Violence and the Scientific Vocation

Theory, Culture and Society 21 (3):59-84 (2004)
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Abstract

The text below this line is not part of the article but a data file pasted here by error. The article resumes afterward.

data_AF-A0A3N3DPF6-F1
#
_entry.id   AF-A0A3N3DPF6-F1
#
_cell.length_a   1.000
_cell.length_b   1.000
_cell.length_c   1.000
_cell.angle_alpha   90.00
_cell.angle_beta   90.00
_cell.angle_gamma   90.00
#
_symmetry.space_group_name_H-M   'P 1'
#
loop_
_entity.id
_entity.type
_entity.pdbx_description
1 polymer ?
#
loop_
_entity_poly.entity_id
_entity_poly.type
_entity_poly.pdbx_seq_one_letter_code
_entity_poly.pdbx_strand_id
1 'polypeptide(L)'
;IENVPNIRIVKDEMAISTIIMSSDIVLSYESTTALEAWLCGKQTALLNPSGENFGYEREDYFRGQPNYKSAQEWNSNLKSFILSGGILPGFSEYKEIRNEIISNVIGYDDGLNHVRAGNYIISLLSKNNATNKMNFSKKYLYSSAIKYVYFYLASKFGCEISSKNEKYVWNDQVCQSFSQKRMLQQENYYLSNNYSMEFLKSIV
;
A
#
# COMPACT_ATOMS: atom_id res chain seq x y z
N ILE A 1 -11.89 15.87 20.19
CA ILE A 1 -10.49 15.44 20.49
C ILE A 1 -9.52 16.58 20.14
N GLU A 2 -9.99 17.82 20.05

This article examines the implications for the notion of scientific vocation of the modern intersection between science and violence, realized most powerfully in the atomic bomb. Tracing the career and political trajectory of atomic physicist J. Robert Oppenheimer and drawing on the theories of Max Weber, Julien Benda and Michel Foucault, the article addresses ethical ambiguities and tensions in the modern scientific vocation. I argue that Oppenheimer’s moral and political struggles in relation to nuclear weapons were attempts to come to terms with the collapse of legitimacy of the role of ‘universal intellectual’ and with the limitations of the more contemporary role of ‘specific intellectual’. Oppenheimer was faced with the problem of handling the relationship between scientific expertise and moral and political responsibility. His struggles demonstrate the continuing relevance of Weber’s conception of political responsibility for conceptualizing the ethical dilemmas inherent in the modern relationship between science, the state and violence.

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